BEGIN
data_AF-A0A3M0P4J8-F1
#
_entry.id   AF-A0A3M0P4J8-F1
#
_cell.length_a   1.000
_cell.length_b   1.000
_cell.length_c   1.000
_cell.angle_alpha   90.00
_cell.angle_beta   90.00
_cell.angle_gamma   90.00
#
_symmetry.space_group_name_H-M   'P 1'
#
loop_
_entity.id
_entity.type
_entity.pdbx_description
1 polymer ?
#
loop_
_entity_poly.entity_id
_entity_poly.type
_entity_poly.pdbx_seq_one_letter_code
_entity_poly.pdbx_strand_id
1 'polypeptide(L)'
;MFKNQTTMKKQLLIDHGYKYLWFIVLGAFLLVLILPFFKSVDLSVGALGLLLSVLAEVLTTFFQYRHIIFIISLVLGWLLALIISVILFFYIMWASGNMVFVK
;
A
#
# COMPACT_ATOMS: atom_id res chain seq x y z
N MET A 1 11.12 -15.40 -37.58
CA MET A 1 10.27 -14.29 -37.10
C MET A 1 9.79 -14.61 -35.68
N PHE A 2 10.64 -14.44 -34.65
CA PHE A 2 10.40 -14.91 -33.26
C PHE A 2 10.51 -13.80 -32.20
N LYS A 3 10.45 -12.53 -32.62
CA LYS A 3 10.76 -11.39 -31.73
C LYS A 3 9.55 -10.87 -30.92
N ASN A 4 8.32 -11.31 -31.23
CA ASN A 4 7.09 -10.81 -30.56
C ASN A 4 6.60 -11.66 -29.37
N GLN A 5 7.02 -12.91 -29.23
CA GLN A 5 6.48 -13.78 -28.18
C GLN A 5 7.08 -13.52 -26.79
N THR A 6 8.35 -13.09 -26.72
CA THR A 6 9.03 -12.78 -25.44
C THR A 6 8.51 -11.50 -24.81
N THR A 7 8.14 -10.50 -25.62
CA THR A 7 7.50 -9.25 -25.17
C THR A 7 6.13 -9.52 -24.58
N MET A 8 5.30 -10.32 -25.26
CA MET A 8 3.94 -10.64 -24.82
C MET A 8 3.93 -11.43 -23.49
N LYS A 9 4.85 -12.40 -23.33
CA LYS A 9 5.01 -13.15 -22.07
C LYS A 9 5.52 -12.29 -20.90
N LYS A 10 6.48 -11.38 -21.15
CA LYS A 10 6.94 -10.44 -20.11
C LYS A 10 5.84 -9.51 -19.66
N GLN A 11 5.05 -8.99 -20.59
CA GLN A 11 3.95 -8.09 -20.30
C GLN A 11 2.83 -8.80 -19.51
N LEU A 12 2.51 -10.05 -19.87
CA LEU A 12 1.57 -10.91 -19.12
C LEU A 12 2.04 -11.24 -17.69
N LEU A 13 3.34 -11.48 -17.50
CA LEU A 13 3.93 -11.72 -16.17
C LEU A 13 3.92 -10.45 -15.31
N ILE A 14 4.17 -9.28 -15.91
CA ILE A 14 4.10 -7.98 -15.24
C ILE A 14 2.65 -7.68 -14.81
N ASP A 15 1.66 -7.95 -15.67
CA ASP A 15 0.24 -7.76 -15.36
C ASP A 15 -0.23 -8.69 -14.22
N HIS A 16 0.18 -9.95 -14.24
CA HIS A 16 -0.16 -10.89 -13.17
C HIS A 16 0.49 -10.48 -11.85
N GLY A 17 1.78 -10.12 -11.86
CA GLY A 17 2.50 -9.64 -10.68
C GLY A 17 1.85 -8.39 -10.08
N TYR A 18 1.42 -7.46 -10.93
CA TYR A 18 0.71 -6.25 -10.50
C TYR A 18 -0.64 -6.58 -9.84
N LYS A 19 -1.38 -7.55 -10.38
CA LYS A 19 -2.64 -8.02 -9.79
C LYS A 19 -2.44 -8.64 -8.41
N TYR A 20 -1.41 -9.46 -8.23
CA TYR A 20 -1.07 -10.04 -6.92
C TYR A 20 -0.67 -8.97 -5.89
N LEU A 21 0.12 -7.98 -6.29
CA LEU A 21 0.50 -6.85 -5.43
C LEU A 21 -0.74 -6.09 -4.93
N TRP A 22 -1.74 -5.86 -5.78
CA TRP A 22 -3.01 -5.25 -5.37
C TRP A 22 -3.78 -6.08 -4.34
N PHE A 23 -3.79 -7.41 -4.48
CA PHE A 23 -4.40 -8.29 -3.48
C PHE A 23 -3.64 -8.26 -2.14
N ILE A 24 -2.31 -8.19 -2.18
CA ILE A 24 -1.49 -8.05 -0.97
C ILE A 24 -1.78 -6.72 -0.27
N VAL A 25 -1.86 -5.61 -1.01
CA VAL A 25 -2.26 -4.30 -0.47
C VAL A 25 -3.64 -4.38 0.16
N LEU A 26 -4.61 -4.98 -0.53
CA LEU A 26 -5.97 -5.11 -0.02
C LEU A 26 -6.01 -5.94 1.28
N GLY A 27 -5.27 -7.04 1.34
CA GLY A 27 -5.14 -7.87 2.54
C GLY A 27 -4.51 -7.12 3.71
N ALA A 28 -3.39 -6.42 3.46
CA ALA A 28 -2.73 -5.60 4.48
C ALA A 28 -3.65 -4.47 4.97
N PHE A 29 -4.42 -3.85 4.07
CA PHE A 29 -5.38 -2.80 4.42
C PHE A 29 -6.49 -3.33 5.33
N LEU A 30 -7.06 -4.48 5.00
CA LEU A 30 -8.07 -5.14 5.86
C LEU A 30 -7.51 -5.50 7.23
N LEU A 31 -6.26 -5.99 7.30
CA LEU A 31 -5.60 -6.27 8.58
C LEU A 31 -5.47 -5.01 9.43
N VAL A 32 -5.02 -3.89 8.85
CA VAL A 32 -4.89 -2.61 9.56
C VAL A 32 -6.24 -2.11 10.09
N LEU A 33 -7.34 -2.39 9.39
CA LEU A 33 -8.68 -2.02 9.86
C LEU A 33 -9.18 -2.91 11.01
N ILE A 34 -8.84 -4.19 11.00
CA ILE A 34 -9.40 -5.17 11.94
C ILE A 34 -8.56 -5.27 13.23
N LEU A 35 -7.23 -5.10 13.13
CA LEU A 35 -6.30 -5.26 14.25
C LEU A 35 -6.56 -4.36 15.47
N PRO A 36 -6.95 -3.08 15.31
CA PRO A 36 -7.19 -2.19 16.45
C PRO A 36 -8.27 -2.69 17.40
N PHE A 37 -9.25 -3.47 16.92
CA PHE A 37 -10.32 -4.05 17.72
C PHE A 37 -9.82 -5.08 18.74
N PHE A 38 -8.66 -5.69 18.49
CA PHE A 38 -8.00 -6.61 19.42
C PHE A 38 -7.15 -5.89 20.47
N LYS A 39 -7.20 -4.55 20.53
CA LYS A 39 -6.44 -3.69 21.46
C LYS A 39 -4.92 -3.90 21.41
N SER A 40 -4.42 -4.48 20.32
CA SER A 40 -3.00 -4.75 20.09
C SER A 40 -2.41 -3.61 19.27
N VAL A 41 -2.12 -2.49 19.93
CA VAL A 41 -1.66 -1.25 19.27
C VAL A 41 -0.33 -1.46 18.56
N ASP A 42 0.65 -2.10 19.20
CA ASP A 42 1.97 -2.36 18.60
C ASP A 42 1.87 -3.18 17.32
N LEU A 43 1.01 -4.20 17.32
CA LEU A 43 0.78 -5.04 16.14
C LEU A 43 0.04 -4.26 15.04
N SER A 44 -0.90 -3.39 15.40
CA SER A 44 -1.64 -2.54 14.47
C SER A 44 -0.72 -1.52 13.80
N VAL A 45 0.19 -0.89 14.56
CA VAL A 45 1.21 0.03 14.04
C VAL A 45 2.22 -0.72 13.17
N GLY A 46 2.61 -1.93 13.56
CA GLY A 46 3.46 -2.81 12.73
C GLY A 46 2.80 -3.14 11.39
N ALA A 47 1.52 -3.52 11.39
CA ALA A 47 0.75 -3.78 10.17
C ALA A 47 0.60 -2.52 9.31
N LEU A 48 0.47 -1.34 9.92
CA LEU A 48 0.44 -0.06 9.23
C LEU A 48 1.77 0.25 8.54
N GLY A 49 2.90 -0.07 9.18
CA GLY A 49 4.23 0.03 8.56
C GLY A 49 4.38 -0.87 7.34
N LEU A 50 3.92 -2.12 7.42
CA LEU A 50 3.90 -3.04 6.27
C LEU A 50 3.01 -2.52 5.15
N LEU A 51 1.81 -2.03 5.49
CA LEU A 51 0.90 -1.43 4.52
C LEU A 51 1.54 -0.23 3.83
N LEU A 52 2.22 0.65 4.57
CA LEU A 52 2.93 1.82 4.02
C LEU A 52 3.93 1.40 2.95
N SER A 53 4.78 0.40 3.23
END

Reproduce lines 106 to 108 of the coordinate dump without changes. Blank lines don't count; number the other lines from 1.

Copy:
N LEU A 26 -4.61 -4.98 -0.53
CA LEU A 26 -5.97 -5.11 -0.02
C LEU A 26 -6.01 -5.94 1.28